By Attys. Tom Fusonie, Dan Shuey and Andrew Guran
Across the United States, neighbors are filing nuisance lawsuits against farmers for damages from perceived excessive noise, odors, and insects that allegedly impact their health, comfort, or property value.
In August 2018, a jury awarded $473.5 million to six neighbors of a hog farm in North Carolina based on claims that the farm produced noise, odors, and other nuisances. This verdict was the third recent one in North Carolina reached against pork producer Murphy-Brown, a subsidiary of Smithfield Foods, with over 20 lawsuits brought by over 500 plaintiffs still pending.
Large jury verdicts raise concerns that nuisance lawsuits against pork producers and farms could increase across the country — especially in key pork-producing states.
Agricultural-related nuisance lawsuits often arise when urban and suburban areas encroach upon traditionally agricultural communities. In other words, a neighbor moves into an area knowing of nearby agricultural uses, and then brings a lawsuit complaining of them.
In some instances, nuisance lawsuits are brought after a property has been farmed the same way for generations.
‘Right to farm’
Many states, including Ohio and Pennsylvania, have “right-to-farm” laws that can offer certain protections against nuisance lawsuits. The “right-to-farm” laws vary and have different requirements to qualify.
Ohio offers two statutory defenses when the asserted nuisance relates to agricultural activity: 1) an agricultural exemption and 2) an Ag District exemption.
Agricultural exemption. The first defense protects a farmer who farms outside a municipal corporation if the farming is conducted in accordance with generally accepted agricultural practices and will not have substantial adverse effects on the public health, safety or welfare.
Ag district exemption. The second defense broadly protects farmers who farm within “agricultural districts.” Under this defense, a farmer may be able to defeat some types of nuisance claims if:
- the activity took place within an agricultural district;
- the activity in question began before the complaining neighbor arrived;
- the complaining neighbor is not involved in agricultural production; and
- the farmer conducted the activity according to law and generally accepted practices.
About ag districts. The question then is, how do you create an ag district? The answer is by application to the county auditor where the land is located.
The ag district application requires that the farmer devoted the land exclusively to agricultural production during the prior three years, the land is more than 10 acres, and the farm has an average gross income of at least $2,500 during the past three years.
An agricultural district designation lasts for five years from the date of the application.
Beyond offering a potential defense against nuisance lawsuits, ag districts also provide protections from certain assessments and eminent domain actions.
Be aware, however, that an ag district application must be approved by the county auditor before the filing of any nuisance action in order to offer any defenses.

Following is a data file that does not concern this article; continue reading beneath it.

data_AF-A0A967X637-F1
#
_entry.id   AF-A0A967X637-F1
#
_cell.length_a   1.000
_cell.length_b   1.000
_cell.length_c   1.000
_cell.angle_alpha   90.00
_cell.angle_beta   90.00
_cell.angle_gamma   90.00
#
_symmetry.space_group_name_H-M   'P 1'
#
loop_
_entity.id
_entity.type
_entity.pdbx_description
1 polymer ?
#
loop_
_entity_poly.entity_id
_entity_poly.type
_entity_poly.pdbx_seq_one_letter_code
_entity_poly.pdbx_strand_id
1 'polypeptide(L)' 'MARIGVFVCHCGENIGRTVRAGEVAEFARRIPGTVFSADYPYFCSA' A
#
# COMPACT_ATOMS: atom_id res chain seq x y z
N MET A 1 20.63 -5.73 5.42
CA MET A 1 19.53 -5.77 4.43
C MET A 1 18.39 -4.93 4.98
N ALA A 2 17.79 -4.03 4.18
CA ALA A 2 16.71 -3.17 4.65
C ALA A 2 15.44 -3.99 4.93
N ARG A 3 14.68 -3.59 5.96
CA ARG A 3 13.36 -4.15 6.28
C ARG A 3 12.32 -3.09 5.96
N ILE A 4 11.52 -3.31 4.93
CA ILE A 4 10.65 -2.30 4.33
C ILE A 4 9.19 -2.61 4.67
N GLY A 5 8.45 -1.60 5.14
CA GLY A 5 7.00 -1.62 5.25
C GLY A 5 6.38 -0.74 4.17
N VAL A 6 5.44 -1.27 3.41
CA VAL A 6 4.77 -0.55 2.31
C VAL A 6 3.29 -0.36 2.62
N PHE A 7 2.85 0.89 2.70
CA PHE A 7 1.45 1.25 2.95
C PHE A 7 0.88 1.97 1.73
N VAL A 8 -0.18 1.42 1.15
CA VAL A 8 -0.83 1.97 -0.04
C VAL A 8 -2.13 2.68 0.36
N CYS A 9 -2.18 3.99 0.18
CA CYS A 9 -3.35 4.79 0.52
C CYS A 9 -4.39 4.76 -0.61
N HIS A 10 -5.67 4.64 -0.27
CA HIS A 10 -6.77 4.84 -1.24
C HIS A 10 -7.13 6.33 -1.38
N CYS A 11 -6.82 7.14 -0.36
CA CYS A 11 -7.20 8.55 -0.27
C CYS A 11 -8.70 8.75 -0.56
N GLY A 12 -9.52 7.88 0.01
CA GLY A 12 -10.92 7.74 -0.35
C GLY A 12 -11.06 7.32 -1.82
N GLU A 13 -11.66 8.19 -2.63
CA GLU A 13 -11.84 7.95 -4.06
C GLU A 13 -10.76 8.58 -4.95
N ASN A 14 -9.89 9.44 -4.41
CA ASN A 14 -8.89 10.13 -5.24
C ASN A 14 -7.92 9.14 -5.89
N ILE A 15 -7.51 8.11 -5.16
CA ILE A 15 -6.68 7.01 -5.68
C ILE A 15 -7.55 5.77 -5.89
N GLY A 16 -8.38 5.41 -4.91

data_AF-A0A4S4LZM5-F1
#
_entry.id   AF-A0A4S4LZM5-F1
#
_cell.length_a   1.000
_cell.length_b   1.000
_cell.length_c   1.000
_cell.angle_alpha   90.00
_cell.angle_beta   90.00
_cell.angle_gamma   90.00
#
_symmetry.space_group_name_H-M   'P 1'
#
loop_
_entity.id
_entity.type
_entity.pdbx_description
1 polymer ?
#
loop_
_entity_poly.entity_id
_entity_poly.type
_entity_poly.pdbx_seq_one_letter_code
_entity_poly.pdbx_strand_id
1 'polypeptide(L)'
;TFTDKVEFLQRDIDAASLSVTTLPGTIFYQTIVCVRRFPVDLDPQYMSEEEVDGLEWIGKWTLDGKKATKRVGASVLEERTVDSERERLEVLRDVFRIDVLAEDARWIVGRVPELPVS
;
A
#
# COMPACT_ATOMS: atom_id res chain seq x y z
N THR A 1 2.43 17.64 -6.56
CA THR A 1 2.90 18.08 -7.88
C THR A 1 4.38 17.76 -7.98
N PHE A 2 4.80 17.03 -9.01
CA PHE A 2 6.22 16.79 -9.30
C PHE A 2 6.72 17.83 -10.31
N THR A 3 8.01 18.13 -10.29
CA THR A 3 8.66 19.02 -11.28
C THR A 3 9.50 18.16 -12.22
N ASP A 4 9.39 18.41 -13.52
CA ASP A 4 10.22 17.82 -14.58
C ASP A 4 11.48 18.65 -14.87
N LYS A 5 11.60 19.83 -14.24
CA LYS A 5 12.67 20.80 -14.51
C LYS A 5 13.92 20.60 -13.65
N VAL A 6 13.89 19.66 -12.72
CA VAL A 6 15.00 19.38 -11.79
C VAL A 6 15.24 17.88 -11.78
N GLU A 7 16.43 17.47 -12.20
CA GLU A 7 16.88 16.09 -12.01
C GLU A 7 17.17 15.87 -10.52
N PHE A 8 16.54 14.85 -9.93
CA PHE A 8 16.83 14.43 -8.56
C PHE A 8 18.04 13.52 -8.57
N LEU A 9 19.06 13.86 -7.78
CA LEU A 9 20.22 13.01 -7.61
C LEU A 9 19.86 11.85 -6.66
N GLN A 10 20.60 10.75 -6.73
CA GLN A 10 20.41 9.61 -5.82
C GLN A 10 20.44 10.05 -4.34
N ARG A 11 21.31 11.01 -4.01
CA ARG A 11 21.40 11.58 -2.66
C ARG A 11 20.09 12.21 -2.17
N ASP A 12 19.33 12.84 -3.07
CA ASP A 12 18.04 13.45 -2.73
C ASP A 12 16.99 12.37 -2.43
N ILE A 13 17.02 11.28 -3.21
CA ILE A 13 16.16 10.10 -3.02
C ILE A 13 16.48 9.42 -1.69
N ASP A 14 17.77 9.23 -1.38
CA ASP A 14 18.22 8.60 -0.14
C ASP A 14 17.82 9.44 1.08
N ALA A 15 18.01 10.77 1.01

Pennsylvania’s Right to Farm Act provides farmers with two primary protections against nuisance lawsuits. Both protect only “normal agricultural operations,” so an understanding of that term is crucial.
Generally, “normal agricultural operations” are those consistent with industry technological developments, provided they are part of an enterprise that is more than 10 contiguous acres, or has an anticipated yearly gross income of at least $10,000.
- Restrictions on municipal nuisance ordinances. If a municipality defines a public nuisance through an ordinance, it must exclude “normal agricultural operations” from that definition.
- Restrictions against nuisance lawsuits. Pennsylvania law bars nuisance lawsuits against agricultural operations if:
- the operations lawfully operated for at least one year prior to the lawsuit;
- the relevant conditions existed substantially unchanged since operations began; and
- the relevant conditions are “normal agricultural operations.”
The Act also protects against a nuisance lawsuit after an operation expands or alters the physical facilities, provided that the change either existed for at least one year prior to the lawsuit, or the farmer previously addressed the change in a nutrient management plan.
The Act will not provide protection, however, if the operation has a direct adverse effect on the public health and safety, pollutes water or causes flooding, or violates any applicable law.
Whether in Ohio or Pennsylvania, the potential defenses to agricultural-related nuisance lawsuits are technical and require attention and preparation. For many of the defenses to apply, a farmer must take certain actions or establish operations before a lawsuit is filed.
And, if a lawsuit is filed and a defense is available, a farmer must understand and assert his defenses at the beginning of the lawsuit.
(About the authors: Tom Fusonie is a partner with Vorys and practices in both Ohio and Pennsylvania. Dan Shuey is a partner with Vorys. Andrew Guran is an associate with Vorys. All three lawyers are members of the firm’s ag law practice. To learn more, visit: https://practices.vorys.com/agriculture/.)
**This article was revised Dec. 3, 2018, to correct the names of one of the attorneys.
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